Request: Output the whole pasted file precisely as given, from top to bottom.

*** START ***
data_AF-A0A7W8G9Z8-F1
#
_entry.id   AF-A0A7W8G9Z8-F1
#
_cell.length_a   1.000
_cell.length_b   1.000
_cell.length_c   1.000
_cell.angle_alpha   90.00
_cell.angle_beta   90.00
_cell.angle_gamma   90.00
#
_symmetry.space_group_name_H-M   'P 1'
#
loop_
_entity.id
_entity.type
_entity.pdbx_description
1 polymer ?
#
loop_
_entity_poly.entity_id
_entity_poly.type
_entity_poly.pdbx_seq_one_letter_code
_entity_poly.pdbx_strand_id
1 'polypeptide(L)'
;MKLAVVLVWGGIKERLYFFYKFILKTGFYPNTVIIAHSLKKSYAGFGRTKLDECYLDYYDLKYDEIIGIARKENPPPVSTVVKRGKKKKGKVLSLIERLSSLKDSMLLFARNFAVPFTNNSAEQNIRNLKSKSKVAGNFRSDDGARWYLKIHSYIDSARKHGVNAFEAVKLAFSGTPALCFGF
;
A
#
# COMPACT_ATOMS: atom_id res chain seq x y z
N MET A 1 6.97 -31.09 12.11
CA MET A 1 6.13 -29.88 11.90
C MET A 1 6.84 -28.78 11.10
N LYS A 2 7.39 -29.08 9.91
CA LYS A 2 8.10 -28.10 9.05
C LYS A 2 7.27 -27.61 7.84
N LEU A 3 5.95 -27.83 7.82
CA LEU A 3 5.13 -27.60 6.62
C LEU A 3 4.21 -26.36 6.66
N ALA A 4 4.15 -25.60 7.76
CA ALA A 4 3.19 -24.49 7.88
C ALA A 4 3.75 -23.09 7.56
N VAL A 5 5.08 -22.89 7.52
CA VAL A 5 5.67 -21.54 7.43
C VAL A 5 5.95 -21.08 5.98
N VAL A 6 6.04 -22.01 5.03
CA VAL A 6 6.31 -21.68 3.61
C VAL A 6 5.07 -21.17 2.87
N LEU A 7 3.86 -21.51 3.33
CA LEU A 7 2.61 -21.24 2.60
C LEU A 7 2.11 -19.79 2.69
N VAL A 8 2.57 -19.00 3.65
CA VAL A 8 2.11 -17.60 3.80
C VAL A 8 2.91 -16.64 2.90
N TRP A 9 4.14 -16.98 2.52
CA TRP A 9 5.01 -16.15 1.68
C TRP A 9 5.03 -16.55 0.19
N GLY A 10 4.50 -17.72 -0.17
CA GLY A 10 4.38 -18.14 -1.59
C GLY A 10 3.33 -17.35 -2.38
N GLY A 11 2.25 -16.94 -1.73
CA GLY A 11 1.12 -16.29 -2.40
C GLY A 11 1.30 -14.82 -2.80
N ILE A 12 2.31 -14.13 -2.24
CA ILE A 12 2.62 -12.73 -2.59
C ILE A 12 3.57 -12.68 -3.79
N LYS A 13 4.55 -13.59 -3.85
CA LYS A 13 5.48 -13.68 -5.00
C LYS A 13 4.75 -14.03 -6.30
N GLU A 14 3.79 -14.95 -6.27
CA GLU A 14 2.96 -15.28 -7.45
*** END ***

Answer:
data_AF-A0A7W8G9Z8-F1
#
_entry.id   AF-A0A7W8G9Z8-F1
#
_cell.length_a   1.000
_cell.length_b   1.000
_cell.length_c   1.000
_cell.angle_alpha   90.00
_cell.angle_beta   90.00
_cell.angle_gamma   90.00
#
_symmetry.space_group_name_H-M   'P 1'
#
loop_
_entity.id
_entity.type
_entity.pdbx_description
1 polymer ?
#
loop_
_entity_poly.entity_id
_entity_poly.type
_entity_poly.pdbx_seq_one_letter_code
_entity_poly.pdbx_strand_id
1 'polypeptide(L)'
;MKLAVVLVWGGIKERLYFFYKFILKTGFYPNTVIIAHSLKKSYAGFGRTKLDECYLDYYDLKYDEIIGIARKENPPPVSTVVKRGKKKKGKVLSLIERLSSLKDSMLLFARNFAVPFTNNSAEQNIRNLKSKSKVAGNFRSDDGARWYLKIHSYIDSARKHGVNAFEAVKLAFSGTPALCFGF
;
A
#
# COMPACT_ATOMS: atom_id res chain seq x y z
N MET A 1 6.97 -31.09 12.11
CA MET A 1 6.13 -29.88 11.90
C MET A 1 6.84 -28.78 11.10
N LYS A 2 7.39 -29.08 9.91
CA LYS A 2 8.10 -28.10 9.05
C LYS A 2 7.27 -27.61 7.84
N LEU A 3 5.95 -27.83 7.82
CA LEU A 3 5.13 -27.60 6.62
C LEU A 3 4.21 -26.36 6.66
N ALA A 4 4.15 -25.60 7.76
CA ALA A 4 3.19 -24.49 7.88
C ALA A 4 3.75 -23.09 7.56
N VAL A 5 5.08 -22.89 7.52
CA VAL A 5 5.67 -21.54 7.43
C VAL A 5 5.95 -21.08 5.98
N VAL A 6 6.04 -22.01 5.03
CA VAL A 6 6.31 -21.68 3.61
C VAL A 6 5.07 -21.17 2.87
N LEU A 7 3.86 -21.51 3.33
CA LEU A 7 2.61 -21.24 2.60
C LEU A 7 2.11 -19.79 2.69
N VAL A 8 2.57 -19.00 3.65
CA VAL A 8 2.11 -17.60 3.80
C VAL A 8 2.91 -16.64 2.90
N TRP A 9 4.14 -16.98 2.52
CA TRP A 9 5.01 -16.15 1.68
C TRP A 9 5.03 -16.55 0.19
N GLY A 10 4.50 -17.72 -0.17
CA GLY A 10 4.38 -18.14 -1.59
C GLY A 10 3.33 -17.35 -2.38
N GLY A 11 2.25 -16.94 -1.73
CA GLY A 11 1.12 -16.29 -2.40
C GLY A 11 1.30 -14.82 -2.80
N ILE A 12 2.31 -14.13 -2.24
CA ILE A 12 2.62 -12.73 -2.59
C ILE A 12 3.57 -12.68 -3.79
N LYS A 13 4.55 -13.59 -3.85
CA LYS A 13 5.48 -13.68 -5.00
C LYS A 13 4.75 -14.03 -6.30
N GLU A 14 3.79 -14.95 -6.27
CA GLU A 14 2.96 -15.28 -7.45